This Solar-Powered Airplane Can Fly Itself — And Stay In The Air For Months At A Time

Skydweller Aero, a company that reimagined the world’s first solar-powered, fixed-wing airplane to fly worldwide, has successfully conducted a fully autonomous flight using a self-piloting solar plane. The flight, which took off, flew, and landed without human input, is a remarkable milestone in the world of autonomous technology.

The plane stores energy both through its batteries and by changing its altitude, and because it has access to free, abundant solar energy, it can stay in flight for months at a time. The company also implements weather models to predict environmental conditions and avoid weather that could be problematic. The technology has the potential to reduce air pollution from military and commercial aviation, as traditional airplanes burn dirty energy that releases planet-heating air pollution and causes warming.

Skydweller Aero is now working with the United States Navy to solidify long-endurance autonomous solar flight. It is being offered as a concept for military intelligence applications as well as for commercial purposes.

With its clean energy usage and ability to maintain its position in the air for extended periods of time, the Skydweller Aero could help to make aviation more sustainable and reduce our impact on the planet.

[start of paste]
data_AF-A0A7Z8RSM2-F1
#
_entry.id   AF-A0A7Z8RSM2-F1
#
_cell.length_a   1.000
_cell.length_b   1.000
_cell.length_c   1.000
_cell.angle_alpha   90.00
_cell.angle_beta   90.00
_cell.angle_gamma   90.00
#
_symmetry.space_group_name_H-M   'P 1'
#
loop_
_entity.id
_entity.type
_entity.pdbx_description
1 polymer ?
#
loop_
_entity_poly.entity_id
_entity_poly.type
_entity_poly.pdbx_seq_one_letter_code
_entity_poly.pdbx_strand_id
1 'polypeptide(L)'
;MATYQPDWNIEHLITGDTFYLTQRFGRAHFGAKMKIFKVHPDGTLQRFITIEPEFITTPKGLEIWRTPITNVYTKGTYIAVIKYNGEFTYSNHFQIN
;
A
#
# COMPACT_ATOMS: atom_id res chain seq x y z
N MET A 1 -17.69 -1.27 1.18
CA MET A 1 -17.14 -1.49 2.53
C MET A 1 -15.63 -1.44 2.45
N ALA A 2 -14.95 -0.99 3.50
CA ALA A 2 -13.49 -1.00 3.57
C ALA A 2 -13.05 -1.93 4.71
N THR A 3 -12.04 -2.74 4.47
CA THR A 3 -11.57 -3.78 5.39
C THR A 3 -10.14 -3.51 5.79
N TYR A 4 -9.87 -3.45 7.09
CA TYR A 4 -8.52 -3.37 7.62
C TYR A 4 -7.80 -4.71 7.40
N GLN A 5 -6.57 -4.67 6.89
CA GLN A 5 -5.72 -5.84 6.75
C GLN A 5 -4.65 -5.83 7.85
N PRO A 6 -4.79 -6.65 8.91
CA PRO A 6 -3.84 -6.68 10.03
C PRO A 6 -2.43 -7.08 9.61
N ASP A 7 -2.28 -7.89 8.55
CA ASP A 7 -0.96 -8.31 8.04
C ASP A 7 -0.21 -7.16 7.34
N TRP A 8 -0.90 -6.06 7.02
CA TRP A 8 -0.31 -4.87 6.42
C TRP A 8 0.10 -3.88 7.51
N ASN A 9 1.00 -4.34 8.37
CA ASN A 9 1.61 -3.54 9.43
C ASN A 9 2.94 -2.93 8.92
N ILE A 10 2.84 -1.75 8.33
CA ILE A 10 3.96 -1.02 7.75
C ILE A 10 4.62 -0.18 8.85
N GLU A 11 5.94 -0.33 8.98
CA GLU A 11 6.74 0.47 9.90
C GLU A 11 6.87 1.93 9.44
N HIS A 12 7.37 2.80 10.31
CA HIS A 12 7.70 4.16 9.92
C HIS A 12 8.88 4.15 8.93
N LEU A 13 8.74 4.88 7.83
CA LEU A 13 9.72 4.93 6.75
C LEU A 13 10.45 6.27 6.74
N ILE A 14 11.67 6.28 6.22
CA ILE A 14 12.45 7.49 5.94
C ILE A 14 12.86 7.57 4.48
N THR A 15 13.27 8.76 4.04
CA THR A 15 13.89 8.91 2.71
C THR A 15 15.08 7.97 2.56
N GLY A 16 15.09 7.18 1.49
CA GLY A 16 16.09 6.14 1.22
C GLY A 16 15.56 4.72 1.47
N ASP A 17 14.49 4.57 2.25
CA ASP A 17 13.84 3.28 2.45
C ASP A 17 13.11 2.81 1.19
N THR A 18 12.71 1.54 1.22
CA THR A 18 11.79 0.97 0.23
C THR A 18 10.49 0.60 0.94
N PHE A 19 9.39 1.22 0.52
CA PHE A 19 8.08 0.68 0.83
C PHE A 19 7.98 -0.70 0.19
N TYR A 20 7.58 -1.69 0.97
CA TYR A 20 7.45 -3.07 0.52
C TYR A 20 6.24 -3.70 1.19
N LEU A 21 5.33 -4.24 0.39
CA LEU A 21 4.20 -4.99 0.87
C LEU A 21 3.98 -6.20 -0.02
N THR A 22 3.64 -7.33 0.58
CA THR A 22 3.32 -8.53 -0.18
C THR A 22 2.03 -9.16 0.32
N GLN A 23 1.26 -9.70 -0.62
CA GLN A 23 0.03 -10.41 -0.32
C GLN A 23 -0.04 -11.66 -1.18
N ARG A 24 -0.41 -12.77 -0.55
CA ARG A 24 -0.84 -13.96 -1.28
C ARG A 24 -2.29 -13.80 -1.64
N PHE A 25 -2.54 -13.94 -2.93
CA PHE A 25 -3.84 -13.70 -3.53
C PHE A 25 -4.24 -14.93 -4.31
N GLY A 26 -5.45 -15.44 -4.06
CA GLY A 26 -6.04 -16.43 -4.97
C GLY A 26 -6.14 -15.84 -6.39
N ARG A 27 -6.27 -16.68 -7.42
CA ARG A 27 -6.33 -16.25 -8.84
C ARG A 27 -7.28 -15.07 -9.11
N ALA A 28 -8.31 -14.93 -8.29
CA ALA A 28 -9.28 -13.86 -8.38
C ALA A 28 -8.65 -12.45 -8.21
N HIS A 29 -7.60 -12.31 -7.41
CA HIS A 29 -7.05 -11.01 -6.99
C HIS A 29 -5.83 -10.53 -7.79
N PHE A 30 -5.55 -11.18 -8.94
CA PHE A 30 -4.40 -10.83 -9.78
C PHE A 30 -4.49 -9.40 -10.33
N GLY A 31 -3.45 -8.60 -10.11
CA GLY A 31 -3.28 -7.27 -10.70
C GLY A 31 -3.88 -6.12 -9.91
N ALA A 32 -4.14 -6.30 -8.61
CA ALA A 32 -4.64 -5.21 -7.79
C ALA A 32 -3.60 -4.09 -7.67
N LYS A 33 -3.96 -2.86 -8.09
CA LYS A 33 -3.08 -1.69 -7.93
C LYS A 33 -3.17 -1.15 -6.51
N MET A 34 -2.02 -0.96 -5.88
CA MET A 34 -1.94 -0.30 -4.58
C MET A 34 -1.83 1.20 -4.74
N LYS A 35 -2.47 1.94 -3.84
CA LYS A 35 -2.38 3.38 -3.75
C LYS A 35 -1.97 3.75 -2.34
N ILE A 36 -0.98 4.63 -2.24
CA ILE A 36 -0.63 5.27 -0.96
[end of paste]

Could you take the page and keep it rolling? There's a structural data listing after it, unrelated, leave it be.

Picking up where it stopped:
As Skydweller Aero successfully completes a fully autonomous flight, the technology behind self-piloting solar planes marks a new step forward in autonomous technology.

“In the initial validation flight tests, the system flew the aircraft autonomously from takeoff to landing without pilot input, although there was a safety pilot on board,” the company said.

The use of solar energy means the aircraft can remain airborne for months at a time, and the company uses weather models to predict environmental conditions to avoid hazardous weather. The technology has the potential to revolutionize air travel with its clean energy usage and ability to remain airborne for extended periods. It could help reduce air pollution from traditional aviation and help to make the industry more sustainable.

With the United States Navy backing the technology, we could see more commercial and military applications in the near future.

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